January 18, 2010

Another Amazing Genius Bar Experience

I call this: mac — Posted by KP @ 2:58 pm

As someone of a geeky persuasion, I have an inherent dislike of seeking technical support. Under no circumstances will I do so except in a case of obvious hardware failure where I have no choice. And then I fear the series of questions from the technician, who expects (or his employer expects him to ask) that what ails my hardware can be solved by rebooting it, and that I haven’t tried that, and every other possible solution already before seeking help.

I have had a rather unfortunate number of opportunities to visit Apple’s Genius Bar in Apple Stores all over the country, and at this point have had so many pleasant experiences that rather than thinking of it as a dreaded last resort, when I reach the moment of acceptance that my hardware is broken, I’m comforted knowing that as soon as I’m somewhere with access to an Apple Store they’ll make it all better.

So my battery in my Macbook Pro (the one I got as a replacement when we were in Pennsylvania on tour last year) has been showing defective performance for at least 3 months. But when I gathered my paperwork to take it in, I realized it only came with a 90 day warranty. Which is pretty lame for a battery, even if it was free. So I held off doing anything about it, but took the receipt with me on tour, in case I wanted it when the battery inevitably decided to become completely useless.

That day came last week when I was in an informal meeting in the cafe at the Guthrie, and right in the middle of editing our Google calendar, my computer spontaneously shut down after about a half hour off the charger, while still showing a 50% charge. With the meeting at a temporary stand-still, I closed the lid and said, “well, I know what I’m doing on the day off.”

I thought about just buying another battery, since I knew I was out of warranty, but $130 for something that is obviously defective, and my non-fear of the Genius Bar, was enough that I was willing to take my chances and make an appointment. Maybe they could give me a discount at least.

So today I went, and the genius’ eyes popped out of his head when he saw how bad the battery’s stats were. Then he ran the diagnostic, which I blogged about last time, and if possible, it showed even more red commentary on just how bad it thought my battery was.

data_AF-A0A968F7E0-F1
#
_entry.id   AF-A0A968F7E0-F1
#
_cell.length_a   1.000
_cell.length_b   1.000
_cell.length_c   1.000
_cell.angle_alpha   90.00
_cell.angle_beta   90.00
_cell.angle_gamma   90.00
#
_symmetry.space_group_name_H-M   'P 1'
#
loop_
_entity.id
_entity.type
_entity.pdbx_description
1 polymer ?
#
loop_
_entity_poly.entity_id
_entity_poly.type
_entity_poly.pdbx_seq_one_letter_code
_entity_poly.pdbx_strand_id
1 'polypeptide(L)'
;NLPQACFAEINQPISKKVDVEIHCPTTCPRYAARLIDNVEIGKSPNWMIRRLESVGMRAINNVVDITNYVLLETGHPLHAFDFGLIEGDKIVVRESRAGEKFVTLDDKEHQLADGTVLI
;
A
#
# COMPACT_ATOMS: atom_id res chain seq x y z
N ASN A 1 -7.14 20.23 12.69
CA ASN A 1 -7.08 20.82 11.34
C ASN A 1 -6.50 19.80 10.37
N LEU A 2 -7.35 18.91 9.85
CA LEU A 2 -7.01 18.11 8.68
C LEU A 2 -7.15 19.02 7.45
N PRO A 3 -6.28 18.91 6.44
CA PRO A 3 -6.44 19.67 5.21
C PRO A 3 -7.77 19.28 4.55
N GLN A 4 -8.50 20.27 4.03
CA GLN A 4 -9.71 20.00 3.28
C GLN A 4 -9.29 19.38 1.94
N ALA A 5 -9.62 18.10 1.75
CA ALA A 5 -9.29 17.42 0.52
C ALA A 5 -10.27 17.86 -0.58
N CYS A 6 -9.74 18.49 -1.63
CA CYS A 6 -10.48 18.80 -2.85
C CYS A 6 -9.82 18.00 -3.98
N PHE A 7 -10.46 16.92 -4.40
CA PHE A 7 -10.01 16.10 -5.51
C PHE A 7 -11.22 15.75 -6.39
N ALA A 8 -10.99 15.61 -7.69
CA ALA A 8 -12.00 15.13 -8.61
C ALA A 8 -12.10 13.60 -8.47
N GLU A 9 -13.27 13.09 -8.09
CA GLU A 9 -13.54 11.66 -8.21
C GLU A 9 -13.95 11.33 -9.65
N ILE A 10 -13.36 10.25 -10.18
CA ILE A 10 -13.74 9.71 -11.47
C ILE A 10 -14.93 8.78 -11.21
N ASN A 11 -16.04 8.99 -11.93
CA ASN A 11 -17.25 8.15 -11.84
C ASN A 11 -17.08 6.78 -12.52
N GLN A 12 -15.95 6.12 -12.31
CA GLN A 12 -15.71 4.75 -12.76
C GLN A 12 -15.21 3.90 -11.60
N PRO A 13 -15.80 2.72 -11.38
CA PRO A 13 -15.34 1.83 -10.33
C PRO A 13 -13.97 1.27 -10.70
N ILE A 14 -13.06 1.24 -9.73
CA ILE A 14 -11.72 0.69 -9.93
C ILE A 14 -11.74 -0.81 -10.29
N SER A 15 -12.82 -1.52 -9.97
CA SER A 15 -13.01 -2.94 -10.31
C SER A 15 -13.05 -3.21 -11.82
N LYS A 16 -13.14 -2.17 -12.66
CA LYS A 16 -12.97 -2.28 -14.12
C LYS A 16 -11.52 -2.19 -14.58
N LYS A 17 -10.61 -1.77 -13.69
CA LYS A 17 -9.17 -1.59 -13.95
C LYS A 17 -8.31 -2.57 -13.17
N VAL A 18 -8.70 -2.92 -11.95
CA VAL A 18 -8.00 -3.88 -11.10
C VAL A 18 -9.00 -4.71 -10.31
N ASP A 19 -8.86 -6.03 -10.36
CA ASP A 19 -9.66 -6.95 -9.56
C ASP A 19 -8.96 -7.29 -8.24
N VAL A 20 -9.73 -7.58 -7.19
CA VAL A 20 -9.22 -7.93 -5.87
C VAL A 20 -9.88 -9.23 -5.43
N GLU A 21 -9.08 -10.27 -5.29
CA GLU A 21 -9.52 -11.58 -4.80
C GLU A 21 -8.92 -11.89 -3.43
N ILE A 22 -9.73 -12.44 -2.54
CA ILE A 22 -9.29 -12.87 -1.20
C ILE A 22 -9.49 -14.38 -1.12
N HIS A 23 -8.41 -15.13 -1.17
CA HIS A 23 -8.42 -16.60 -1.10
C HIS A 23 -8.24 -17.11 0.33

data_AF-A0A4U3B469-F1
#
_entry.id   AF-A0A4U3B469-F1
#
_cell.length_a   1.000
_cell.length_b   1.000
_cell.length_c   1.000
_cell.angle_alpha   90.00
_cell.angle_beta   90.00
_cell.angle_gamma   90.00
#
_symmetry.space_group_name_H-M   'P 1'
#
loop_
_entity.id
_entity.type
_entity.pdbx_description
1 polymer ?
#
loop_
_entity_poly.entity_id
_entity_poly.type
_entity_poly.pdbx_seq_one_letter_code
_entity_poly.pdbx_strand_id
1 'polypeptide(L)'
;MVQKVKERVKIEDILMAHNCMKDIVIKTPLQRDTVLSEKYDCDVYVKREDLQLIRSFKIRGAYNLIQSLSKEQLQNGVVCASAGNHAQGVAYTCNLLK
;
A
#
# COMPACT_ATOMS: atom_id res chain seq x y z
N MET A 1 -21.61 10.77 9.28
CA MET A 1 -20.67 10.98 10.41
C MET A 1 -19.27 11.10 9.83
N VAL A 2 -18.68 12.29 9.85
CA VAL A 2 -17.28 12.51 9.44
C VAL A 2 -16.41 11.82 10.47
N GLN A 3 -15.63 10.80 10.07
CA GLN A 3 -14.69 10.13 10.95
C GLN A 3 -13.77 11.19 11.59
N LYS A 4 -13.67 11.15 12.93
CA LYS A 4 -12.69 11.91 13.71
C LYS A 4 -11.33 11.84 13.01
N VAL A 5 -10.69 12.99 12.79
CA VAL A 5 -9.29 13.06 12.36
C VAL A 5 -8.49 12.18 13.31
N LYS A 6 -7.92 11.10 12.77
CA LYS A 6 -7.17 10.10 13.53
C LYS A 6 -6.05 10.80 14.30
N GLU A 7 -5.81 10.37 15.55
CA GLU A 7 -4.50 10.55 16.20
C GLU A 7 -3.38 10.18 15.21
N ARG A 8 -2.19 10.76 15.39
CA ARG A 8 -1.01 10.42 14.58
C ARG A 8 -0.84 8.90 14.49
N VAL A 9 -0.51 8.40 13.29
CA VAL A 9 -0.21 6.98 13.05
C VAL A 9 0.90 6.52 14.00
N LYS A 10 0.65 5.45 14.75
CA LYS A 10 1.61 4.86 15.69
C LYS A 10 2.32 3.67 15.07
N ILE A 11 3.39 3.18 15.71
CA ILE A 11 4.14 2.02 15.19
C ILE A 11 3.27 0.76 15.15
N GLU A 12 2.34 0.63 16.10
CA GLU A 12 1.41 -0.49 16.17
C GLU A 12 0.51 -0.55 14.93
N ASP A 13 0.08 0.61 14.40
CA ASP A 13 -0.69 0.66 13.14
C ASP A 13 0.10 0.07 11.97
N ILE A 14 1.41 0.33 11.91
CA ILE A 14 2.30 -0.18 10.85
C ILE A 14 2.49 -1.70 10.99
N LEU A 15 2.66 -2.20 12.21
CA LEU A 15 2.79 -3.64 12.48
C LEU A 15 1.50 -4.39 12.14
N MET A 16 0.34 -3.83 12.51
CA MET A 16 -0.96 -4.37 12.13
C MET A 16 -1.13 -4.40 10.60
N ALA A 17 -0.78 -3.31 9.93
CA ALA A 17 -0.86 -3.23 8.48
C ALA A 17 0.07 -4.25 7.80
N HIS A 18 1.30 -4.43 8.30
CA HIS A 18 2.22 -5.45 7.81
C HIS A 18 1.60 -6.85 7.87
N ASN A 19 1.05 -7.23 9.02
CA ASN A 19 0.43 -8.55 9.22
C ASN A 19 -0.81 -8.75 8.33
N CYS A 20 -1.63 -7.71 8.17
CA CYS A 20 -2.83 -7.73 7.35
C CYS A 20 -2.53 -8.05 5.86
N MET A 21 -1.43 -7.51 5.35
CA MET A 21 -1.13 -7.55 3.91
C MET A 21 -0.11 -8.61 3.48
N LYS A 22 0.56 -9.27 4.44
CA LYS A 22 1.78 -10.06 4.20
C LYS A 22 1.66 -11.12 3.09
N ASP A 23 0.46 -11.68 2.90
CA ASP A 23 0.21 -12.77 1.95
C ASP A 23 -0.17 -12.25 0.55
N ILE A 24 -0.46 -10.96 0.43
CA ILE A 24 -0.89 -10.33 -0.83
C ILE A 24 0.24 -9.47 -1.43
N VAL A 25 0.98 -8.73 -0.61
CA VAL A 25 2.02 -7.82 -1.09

So the genius went to the back to discuss the situation, and came back and said they would replace it for free because of how many bad batteries I’ve had, and because I paid for one of them (plus the one the computer came with). I was very pleased that they were able to be flexible in their policy based on the circumstances.

So then I brought up my secondary question, which is that a couple days ago (after making my Genius Bar appointment) my iPhone cable broke — the cable split, exposing the wires right where the cable meets the plug that goes into the phone. I have a general awareness that that’s usually something they consider wear-and-tear (though those cables wear out way too easily), but I thought I’d take advantage of the fact that my iPhone is pretty much the only piece of hardware I own that’s under warranty, and bring the cable along in the hopes they would cover it. They did.

So I spent nothing and got about $150 in new accessories that technically they weren’t required to give me. It was a very worthwhile day.

And now yet again my trusty Macbook Pro gets a new lease on life, and between that and the new hard drive, should be running like a spring chicken until I can afford to replace it. We just won’t talk about the video problem it had on the night of the first preview. It must have been a solar flare or something…

Tech Details

For those who track things like battery failure stats… I did some research before taking my computer in, since I know (from personal experience!) that these batteries fail at a higher-than-normal rate (this is the original MBP 15″ battery). What I found from perusing the Apple support forums is that the batteries made by Sony seem most prone to failure, and those by SMP are apparently better. My old one was a Sony, and I’m glad to find that the new one is SMP.